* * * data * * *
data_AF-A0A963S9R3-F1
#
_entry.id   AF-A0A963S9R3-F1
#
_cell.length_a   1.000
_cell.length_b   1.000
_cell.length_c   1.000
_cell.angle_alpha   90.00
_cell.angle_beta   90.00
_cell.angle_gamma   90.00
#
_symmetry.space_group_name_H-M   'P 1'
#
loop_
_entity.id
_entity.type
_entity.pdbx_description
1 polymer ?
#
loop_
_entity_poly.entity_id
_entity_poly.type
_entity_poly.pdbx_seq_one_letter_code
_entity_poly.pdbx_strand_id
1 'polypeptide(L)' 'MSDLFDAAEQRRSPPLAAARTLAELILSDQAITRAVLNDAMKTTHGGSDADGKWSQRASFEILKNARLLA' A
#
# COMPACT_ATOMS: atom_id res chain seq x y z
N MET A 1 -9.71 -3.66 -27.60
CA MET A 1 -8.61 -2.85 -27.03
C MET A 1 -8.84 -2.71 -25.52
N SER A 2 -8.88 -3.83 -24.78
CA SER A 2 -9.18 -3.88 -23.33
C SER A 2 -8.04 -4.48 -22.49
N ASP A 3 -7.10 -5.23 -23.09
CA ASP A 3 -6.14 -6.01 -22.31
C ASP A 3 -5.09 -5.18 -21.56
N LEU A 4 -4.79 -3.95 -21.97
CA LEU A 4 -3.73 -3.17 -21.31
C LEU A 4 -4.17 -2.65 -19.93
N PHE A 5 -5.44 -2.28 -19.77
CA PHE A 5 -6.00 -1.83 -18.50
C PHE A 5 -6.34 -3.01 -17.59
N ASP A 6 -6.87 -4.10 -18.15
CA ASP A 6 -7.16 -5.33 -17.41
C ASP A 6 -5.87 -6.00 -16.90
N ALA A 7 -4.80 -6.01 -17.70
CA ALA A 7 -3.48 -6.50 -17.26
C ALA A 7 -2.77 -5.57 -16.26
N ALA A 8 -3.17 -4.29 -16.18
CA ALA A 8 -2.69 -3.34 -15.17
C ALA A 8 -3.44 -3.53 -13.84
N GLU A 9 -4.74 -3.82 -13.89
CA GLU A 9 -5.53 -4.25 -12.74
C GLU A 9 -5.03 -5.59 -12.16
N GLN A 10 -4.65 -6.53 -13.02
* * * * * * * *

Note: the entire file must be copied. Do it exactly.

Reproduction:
data_AF-A0A963S9R3-F1
#
_entry.id   AF-A0A963S9R3-F1
#
_cell.length_a   1.000
_cell.length_b   1.000
_cell.length_c   1.000
_cell.angle_alpha   90.00
_cell.angle_beta   90.00
_cell.angle_gamma   90.00
#
_symmetry.space_group_name_H-M   'P 1'
#
loop_
_entity.id
_entity.type
_entity.pdbx_description
1 polymer ?
#
loop_
_entity_poly.entity_id
_entity_poly.type
_entity_poly.pdbx_seq_one_letter_code
_entity_poly.pdbx_strand_id
1 'polypeptide(L)' 'MSDLFDAAEQRRSPPLAAARTLAELILSDQAITRAVLNDAMKTTHGGSDADGKWSQRASFEILKNARLLA' A
#
# COMPACT_ATOMS: atom_id res chain seq x y z
N MET A 1 -9.71 -3.66 -27.60
CA MET A 1 -8.61 -2.85 -27.03
C MET A 1 -8.84 -2.71 -25.52
N SER A 2 -8.88 -3.83 -24.78
CA SER A 2 -9.18 -3.88 -23.33
C SER A 2 -8.04 -4.48 -22.49
N ASP A 3 -7.10 -5.23 -23.09
CA ASP A 3 -6.14 -6.01 -22.31
C ASP A 3 -5.09 -5.18 -21.56
N LEU A 4 -4.79 -3.95 -21.97
CA LEU A 4 -3.73 -3.17 -21.31
C LEU A 4 -4.17 -2.65 -19.93
N PHE A 5 -5.44 -2.28 -19.77
CA PHE A 5 -6.00 -1.83 -18.50
C PHE A 5 -6.34 -3.01 -17.59
N ASP A 6 -6.87 -4.10 -18.15
CA ASP A 6 -7.16 -5.33 -17.41
C ASP A 6 -5.87 -6.00 -16.90
N ALA A 7 -4.80 -6.01 -17.70
CA ALA A 7 -3.48 -6.50 -17.26
C ALA A 7 -2.77 -5.57 -16.26
N ALA A 8 -3.17 -4.29 -16.18
CA ALA A 8 -2.69 -3.34 -15.17
C ALA A 8 -3.44 -3.53 -13.84
N GLU A 9 -4.74 -3.82 -13.89
CA GLU A 9 -5.53 -4.25 -12.74
C GLU A 9 -5.03 -5.59 -12.16
N GLN A 10 -4.65 -6.53 -13.02